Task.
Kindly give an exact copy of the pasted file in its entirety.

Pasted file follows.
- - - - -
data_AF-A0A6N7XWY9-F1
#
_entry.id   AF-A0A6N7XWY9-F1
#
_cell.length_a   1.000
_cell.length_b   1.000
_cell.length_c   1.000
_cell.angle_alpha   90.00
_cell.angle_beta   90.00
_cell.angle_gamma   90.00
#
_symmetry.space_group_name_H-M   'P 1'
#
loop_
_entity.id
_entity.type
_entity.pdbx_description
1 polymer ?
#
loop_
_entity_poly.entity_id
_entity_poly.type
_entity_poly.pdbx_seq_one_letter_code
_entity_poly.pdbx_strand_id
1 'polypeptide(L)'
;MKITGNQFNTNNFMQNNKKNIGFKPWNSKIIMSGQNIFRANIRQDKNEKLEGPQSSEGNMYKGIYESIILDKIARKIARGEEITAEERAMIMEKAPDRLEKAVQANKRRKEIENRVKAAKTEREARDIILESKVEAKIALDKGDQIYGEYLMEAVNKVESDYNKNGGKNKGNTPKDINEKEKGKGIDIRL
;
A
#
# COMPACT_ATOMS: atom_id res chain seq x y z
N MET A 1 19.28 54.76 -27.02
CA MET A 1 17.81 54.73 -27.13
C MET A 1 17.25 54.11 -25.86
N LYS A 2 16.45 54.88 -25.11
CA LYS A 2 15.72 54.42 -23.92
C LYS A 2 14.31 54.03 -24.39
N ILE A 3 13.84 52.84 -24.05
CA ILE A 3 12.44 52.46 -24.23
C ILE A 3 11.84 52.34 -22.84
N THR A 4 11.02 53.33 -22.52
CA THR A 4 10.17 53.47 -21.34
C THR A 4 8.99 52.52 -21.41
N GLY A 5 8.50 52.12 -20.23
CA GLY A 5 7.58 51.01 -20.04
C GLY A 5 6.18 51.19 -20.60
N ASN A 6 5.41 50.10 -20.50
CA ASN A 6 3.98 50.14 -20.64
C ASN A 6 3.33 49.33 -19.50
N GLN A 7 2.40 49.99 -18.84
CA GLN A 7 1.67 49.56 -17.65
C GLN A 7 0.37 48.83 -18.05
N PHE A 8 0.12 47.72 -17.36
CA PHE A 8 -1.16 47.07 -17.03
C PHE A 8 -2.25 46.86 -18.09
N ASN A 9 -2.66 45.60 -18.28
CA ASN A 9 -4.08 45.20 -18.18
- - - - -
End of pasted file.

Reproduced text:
data_AF-A0A6N7XWY9-F1
#
_entry.id   AF-A0A6N7XWY9-F1
#
_cell.length_a   1.000
_cell.length_b   1.000
_cell.length_c   1.000
_cell.angle_alpha   90.00
_cell.angle_beta   90.00
_cell.angle_gamma   90.00
#
_symmetry.space_group_name_H-M   'P 1'
#
loop_
_entity.id
_entity.type
_entity.pdbx_description
1 polymer ?
#
loop_
_entity_poly.entity_id
_entity_poly.type
_entity_poly.pdbx_seq_one_letter_code
_entity_poly.pdbx_strand_id
1 'polypeptide(L)'
;MKITGNQFNTNNFMQNNKKNIGFKPWNSKIIMSGQNIFRANIRQDKNEKLEGPQSSEGNMYKGIYESIILDKIARKIARGEEITAEERAMIMEKAPDRLEKAVQANKRRKEIENRVKAAKTEREARDIILESKVEAKIALDKGDQIYGEYLMEAVNKVESDYNKNGGKNKGNTPKDINEKEKGKGIDIRL
;
A
#
# COMPACT_ATOMS: atom_id res chain seq x y z
N MET A 1 19.28 54.76 -27.02
CA MET A 1 17.81 54.73 -27.13
C MET A 1 17.25 54.11 -25.86
N LYS A 2 16.45 54.88 -25.11
CA LYS A 2 15.72 54.42 -23.92
C LYS A 2 14.31 54.03 -24.39
N ILE A 3 13.84 52.84 -24.05
CA ILE A 3 12.44 52.46 -24.23
C ILE A 3 11.84 52.34 -22.84
N THR A 4 11.02 53.33 -22.52
CA THR A 4 10.17 53.47 -21.34
C THR A 4 8.99 52.52 -21.41
N GLY A 5 8.50 52.12 -20.23
CA GLY A 5 7.58 51.01 -20.04
C GLY A 5 6.18 51.19 -20.60
N ASN A 6 5.41 50.10 -20.50
CA ASN A 6 3.98 50.14 -20.64
C ASN A 6 3.33 49.33 -19.50
N GLN A 7 2.40 49.99 -18.84
CA GLN A 7 1.67 49.56 -17.65
C GLN A 7 0.37 48.83 -18.05
N PHE A 8 0.12 47.72 -17.36
CA PHE A 8 -1.16 47.07 -17.03
C PHE A 8 -2.25 46.86 -18.09
N ASN A 9 -2.66 45.60 -18.28
CA ASN A 9 -4.08 45.20 -18.18